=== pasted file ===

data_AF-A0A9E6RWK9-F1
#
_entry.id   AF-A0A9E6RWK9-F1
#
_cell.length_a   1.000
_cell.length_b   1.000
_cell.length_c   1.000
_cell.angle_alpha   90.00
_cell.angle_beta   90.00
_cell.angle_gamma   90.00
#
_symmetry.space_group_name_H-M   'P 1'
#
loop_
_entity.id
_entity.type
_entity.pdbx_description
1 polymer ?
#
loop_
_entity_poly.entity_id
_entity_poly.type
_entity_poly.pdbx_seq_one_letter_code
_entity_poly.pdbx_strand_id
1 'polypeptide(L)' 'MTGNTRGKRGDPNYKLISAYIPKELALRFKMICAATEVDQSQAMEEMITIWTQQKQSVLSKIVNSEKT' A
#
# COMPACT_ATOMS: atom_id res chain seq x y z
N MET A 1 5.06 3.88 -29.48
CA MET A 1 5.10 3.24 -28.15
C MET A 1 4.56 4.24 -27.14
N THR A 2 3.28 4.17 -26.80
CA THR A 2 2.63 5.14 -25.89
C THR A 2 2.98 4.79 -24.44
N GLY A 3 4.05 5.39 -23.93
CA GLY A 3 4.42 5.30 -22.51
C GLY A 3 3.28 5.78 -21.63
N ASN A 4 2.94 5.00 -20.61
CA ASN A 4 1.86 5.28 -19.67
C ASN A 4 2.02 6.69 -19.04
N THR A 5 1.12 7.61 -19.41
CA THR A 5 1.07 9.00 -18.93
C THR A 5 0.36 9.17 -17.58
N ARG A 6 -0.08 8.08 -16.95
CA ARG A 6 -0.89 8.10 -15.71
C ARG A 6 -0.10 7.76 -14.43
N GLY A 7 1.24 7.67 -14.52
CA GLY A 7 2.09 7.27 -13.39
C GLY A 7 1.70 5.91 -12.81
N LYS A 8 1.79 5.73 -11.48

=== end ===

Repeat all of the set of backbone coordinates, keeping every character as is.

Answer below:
data_AF-A0A9E6RWK9-F1
#
_entry.id   AF-A0A9E6RWK9-F1
#
_cell.length_a   1.000
_cell.length_b   1.000
_cell.length_c   1.000
_cell.angle_alpha   90.00
_cell.angle_beta   90.00
_cell.angle_gamma   90.00
#
_symmetry.space_group_name_H-M   'P 1'
#
loop_
_entity.id
_entity.type
_entity.pdbx_description
1 polymer ?
#
loop_
_entity_poly.entity_id
_entity_poly.type
_entity_poly.pdbx_seq_one_letter_code
_entity_poly.pdbx_strand_id
1 'polypeptide(L)' 'MTGNTRGKRGDPNYKLISAYIPKELALRFKMICAATEVDQSQAMEEMITIWTQQKQSVLSKIVNSEKT' A
#
# COMPACT_ATOMS: atom_id res chain seq x y z
N MET A 1 5.06 3.88 -29.48
CA MET A 1 5.10 3.24 -28.15
C MET A 1 4.56 4.24 -27.14
N THR A 2 3.28 4.17 -26.80
CA THR A 2 2.63 5.14 -25.89
C THR A 2 2.98 4.79 -24.44
N GLY A 3 4.05 5.39 -23.93
CA GLY A 3 4.42 5.30 -22.51
C GLY A 3 3.28 5.78 -21.63
N ASN A 4 2.94 5.00 -20.61
CA ASN A 4 1.86 5.28 -19.67
C ASN A 4 2.02 6.69 -19.04
N THR A 5 1.12 7.61 -19.41
CA THR A 5 1.07 9.00 -18.93
C THR A 5 0.36 9.17 -17.58
N ARG A 6 -0.08 8.08 -16.95
CA ARG A 6 -0.89 8.10 -15.71
C ARG A 6 -0.10 7.76 -14.43
N GLY A 7 1.24 7.67 -14.52
CA GLY A 7 2.09 7.27 -13.39
C GLY A 7 1.70 5.91 -12.81
N LYS A 8 1.79 5.73 -11.48